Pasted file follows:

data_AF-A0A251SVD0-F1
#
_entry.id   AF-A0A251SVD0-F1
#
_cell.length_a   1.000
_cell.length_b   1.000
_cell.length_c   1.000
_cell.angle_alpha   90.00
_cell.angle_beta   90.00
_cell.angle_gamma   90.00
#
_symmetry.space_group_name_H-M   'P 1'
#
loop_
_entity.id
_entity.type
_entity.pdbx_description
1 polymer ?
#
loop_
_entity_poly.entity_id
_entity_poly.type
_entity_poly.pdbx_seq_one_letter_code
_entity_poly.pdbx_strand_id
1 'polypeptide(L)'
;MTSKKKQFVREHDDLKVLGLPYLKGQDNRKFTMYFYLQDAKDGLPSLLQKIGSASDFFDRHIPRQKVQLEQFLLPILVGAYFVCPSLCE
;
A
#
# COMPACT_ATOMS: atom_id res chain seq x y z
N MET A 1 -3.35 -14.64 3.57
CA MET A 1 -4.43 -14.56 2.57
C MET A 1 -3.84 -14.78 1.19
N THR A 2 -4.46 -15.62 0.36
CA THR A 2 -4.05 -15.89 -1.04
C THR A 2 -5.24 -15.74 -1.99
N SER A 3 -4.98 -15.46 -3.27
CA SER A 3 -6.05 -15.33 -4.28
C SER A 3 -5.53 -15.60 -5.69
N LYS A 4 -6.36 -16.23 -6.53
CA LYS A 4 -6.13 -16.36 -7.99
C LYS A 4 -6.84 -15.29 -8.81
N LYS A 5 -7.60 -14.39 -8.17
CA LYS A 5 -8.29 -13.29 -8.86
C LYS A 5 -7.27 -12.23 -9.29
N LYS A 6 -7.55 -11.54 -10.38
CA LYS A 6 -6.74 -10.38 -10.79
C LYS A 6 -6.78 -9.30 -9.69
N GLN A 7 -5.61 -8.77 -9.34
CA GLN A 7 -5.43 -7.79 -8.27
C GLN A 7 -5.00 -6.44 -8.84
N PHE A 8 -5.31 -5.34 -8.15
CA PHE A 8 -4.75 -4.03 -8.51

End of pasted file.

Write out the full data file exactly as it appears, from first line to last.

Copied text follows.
data_AF-A0A251SVD0-F1
#
_entry.id   AF-A0A251SVD0-F1
#
_cell.length_a   1.000
_cell.length_b   1.000
_cell.length_c   1.000
_cell.angle_alpha   90.00
_cell.angle_beta   90.00
_cell.angle_gamma   90.00
#
_symmetry.space_group_name_H-M   'P 1'
#
loop_
_entity.id
_entity.type
_entity.pdbx_description
1 polymer ?
#
loop_
_entity_poly.entity_id
_entity_poly.type
_entity_poly.pdbx_seq_one_letter_code
_entity_poly.pdbx_strand_id
1 'polypeptide(L)'
;MTSKKKQFVREHDDLKVLGLPYLKGQDNRKFTMYFYLQDAKDGLPSLLQKIGSASDFFDRHIPRQKVQLEQFLLPILVGAYFVCPSLCE
;
A
#
# COMPACT_ATOMS: atom_id res chain seq x y z
N MET A 1 -3.35 -14.64 3.57
CA MET A 1 -4.43 -14.56 2.57
C MET A 1 -3.84 -14.78 1.19
N THR A 2 -4.46 -15.62 0.36
CA THR A 2 -4.05 -15.89 -1.04
C THR A 2 -5.24 -15.74 -1.99
N SER A 3 -4.98 -15.46 -3.27
CA SER A 3 -6.05 -15.33 -4.28
C SER A 3 -5.53 -15.60 -5.69
N LYS A 4 -6.36 -16.23 -6.53
CA LYS A 4 -6.13 -16.36 -7.99
C LYS A 4 -6.84 -15.29 -8.81
N LYS A 5 -7.60 -14.39 -8.17
CA LYS A 5 -8.29 -13.29 -8.86
C LYS A 5 -7.27 -12.23 -9.29
N LYS A 6 -7.55 -11.54 -10.38
CA LYS A 6 -6.74 -10.38 -10.79
C LYS A 6 -6.78 -9.30 -9.69
N GLN A 7 -5.61 -8.77 -9.34
CA GLN A 7 -5.43 -7.79 -8.27
C GLN A 7 -5.00 -6.44 -8.84
N PHE A 8 -5.31 -5.34 -8.15
CA PHE A 8 -4.75 -4.03 -8.51